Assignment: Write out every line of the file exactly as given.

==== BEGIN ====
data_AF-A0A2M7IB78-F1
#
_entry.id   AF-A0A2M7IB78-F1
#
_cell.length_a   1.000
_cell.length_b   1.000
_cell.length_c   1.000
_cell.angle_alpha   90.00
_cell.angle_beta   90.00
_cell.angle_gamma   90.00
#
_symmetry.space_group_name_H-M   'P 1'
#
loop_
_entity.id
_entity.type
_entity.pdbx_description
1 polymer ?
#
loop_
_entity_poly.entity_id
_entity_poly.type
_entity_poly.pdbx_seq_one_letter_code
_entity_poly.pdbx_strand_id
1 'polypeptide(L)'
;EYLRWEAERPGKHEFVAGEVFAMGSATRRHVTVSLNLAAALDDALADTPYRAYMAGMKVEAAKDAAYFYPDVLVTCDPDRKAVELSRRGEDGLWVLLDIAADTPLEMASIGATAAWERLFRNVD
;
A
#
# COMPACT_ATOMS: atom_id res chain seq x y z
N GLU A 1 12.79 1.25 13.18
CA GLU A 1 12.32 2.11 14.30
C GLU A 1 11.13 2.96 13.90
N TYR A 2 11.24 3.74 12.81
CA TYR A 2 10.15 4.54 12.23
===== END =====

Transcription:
data_AF-A0A2M7IB78-F1
#
_entry.id   AF-A0A2M7IB78-F1
#
_cell.length_a   1.000
_cell.length_b   1.000
_cell.length_c   1.000
_cell.angle_alpha   90.00
_cell.angle_beta   90.00
_cell.angle_gamma   90.00
#
_symmetry.space_group_name_H-M   'P 1'
#
loop_
_entity.id
_entity.type
_entity.pdbx_description
1 polymer ?
#
loop_
_entity_poly.entity_id
_entity_poly.type
_entity_poly.pdbx_seq_one_letter_code
_entity_poly.pdbx_strand_id
1 'polypeptide(L)'
;EYLRWEAERPGKHEFVAGEVFAMGSATRRHVTVSLNLAAALDDALADTPYRAYMAGMKVEAAKDAAYFYPDVLVTCDPDRKAVELSRRGEDGLWVLLDIAADTPLEMASIGATAAWERLFRNVD
;
A
#
# COMPACT_ATOMS: atom_id res chain seq x y z
N GLU A 1 12.79 1.25 13.18
CA GLU A 1 12.32 2.11 14.30
C GLU A 1 11.13 2.96 13.90
N TYR A 2 11.24 3.74 12.81
CA TYR A 2 10.15 4.54 12.23